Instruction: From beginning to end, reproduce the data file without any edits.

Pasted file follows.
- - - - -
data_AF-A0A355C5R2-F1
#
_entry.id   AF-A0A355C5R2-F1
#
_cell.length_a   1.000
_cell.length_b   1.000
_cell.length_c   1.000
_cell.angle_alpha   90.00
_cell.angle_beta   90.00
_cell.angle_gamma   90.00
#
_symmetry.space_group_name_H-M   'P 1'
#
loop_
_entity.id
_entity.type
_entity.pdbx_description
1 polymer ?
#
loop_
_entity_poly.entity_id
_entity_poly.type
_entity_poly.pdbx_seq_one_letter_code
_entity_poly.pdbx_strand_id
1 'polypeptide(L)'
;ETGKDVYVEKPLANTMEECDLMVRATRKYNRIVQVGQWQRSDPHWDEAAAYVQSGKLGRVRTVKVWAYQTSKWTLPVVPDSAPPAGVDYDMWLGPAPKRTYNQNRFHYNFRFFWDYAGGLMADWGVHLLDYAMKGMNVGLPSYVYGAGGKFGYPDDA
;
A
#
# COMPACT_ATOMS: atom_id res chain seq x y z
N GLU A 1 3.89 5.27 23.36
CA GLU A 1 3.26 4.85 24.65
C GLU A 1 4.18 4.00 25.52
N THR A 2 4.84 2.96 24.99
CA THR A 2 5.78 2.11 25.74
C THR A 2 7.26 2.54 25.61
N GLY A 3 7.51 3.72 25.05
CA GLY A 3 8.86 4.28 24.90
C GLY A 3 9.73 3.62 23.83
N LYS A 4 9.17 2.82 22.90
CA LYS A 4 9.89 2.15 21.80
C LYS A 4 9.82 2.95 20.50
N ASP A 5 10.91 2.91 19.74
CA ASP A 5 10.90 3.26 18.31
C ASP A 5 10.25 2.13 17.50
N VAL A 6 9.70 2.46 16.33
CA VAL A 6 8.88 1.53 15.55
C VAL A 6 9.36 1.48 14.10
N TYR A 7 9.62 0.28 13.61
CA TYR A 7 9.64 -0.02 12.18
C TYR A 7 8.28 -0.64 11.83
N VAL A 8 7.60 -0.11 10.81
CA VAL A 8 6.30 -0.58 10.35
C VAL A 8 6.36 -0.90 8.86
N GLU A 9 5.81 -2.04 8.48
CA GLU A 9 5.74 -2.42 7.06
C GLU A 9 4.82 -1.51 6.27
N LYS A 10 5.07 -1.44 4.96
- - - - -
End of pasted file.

data_AF-A0A355C5R2-F1
#
_entry.id   AF-A0A355C5R2-F1
#
_cell.length_a   1.000
_cell.length_b   1.000
_cell.length_c   1.000
_cell.angle_alpha   90.00
_cell.angle_beta   90.00
_cell.angle_gamma   90.00
#
_symmetry.space_group_name_H-M   'P 1'
#
loop_
_entity.id
_entity.type
_entity.pdbx_description
1 polymer ?
#
loop_
_entity_poly.entity_id
_entity_poly.type
_entity_poly.pdbx_seq_one_letter_code
_entity_poly.pdbx_strand_id
1 'polypeptide(L)'
;ETGKDVYVEKPLANTMEECDLMVRATRKYNRIVQVGQWQRSDPHWDEAAAYVQSGKLGRVRTVKVWAYQTSKWTLPVVPDSAPPAGVDYDMWLGPAPKRTYNQNRFHYNFRFFWDYAGGLMADWGVHLLDYAMKGMNVGLPSYVYGAGGKFGYPDDA
;
A
#
# COMPACT_ATOMS: atom_id res chain seq x y z
N GLU A 1 3.89 5.27 23.36
CA GLU A 1 3.26 4.85 24.65
C GLU A 1 4.18 4.00 25.52
N THR A 2 4.84 2.96 24.99
CA THR A 2 5.78 2.11 25.74
C THR A 2 7.26 2.54 25.61
N GLY A 3 7.51 3.72 25.05
CA GLY A 3 8.86 4.28 24.90
C GLY A 3 9.73 3.62 23.83
N LYS A 4 9.17 2.82 22.90
CA LYS A 4 9.89 2.15 21.80
C LYS A 4 9.82 2.95 20.50
N ASP A 5 10.91 2.91 19.74
CA ASP A 5 10.90 3.26 18.31
C ASP A 5 10.25 2.13 17.50
N VAL A 6 9.70 2.46 16.33
CA VAL A 6 8.88 1.53 15.55
C VAL A 6 9.36 1.48 14.10
N TYR A 7 9.62 0.28 13.61
CA TYR A 7 9.64 -0.02 12.18
C TYR A 7 8.28 -0.64 11.83
N VAL A 8 7.60 -0.11 10.81
CA VAL A 8 6.30 -0.58 10.35
C VAL A 8 6.36 -0.90 8.86
N GLU A 9 5.81 -2.04 8.48
CA GLU A 9 5.74 -2.42 7.06
C GLU A 9 4.82 -1.51 6.27
N LYS A 10 5.07 -1.44 4.96